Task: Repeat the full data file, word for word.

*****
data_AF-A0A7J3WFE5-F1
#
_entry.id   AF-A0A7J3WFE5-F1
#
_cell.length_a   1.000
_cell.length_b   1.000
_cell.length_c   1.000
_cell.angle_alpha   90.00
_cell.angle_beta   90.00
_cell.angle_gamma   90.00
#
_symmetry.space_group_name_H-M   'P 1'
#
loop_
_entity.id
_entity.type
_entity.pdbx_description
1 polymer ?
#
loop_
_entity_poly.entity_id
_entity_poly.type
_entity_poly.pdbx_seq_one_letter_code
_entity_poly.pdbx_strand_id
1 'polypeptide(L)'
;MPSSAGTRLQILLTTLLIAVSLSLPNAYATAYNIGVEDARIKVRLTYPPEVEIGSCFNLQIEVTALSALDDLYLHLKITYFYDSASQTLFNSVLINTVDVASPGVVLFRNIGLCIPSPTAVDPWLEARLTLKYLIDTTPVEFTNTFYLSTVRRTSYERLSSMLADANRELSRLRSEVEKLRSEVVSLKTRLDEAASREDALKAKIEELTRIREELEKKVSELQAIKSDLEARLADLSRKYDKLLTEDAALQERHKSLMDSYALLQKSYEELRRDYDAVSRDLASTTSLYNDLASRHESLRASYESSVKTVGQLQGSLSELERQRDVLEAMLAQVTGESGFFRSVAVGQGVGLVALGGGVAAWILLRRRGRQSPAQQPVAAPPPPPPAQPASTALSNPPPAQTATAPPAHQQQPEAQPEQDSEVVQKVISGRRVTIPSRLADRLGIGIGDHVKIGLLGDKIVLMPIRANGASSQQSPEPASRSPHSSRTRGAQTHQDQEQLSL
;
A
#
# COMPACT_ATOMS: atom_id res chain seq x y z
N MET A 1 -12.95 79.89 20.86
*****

data_AF-A0A7J3WFE5-F1
#
_entry.id   AF-A0A7J3WFE5-F1
#
_cell.length_a   1.000
_cell.length_b   1.000
_cell.length_c   1.000
_cell.angle_alpha   90.00
_cell.angle_beta   90.00
_cell.angle_gamma   90.00
#
_symmetry.space_group_name_H-M   'P 1'
#
loop_
_entity.id
_entity.type
_entity.pdbx_description
1 polymer ?
#
loop_
_entity_poly.entity_id
_entity_poly.type
_entity_poly.pdbx_seq_one_letter_code
_entity_poly.pdbx_strand_id
1 'polypeptide(L)'
;MPSSAGTRLQILLTTLLIAVSLSLPNAYATAYNIGVEDARIKVRLTYPPEVEIGSCFNLQIEVTALSALDDLYLHLKITYFYDSASQTLFNSVLINTVDVASPGVVLFRNIGLCIPSPTAVDPWLEARLTLKYLIDTTPVEFTNTFYLSTVRRTSYERLSSMLADANRELSRLRSEVEKLRSEVVSLKTRLDEAASREDALKAKIEELTRIREELEKKVSELQAIKSDLEARLADLSRKYDKLLTEDAALQERHKSLMDSYALLQKSYEELRRDYDAVSRDLASTTSLYNDLASRHESLRASYESSVKTVGQLQGSLSELERQRDVLEAMLAQVTGESGFFRSVAVGQGVGLVALGGGVAAWILLRRRGRQSPAQQPVAAPPPPPPAQPASTALSNPPPAQTATAPPAHQQQPEAQPEQDSEVVQKVISGRRVTIPSRLADRLGIGIGDHVKIGLLGDKIVLMPIRANGASSQQSPEPASRSPHSSRTRGAQTHQDQEQLSL
;
A
#
# COMPACT_ATOMS: atom_id res chain seq x y z
N MET A 1 -12.95 79.89 20.86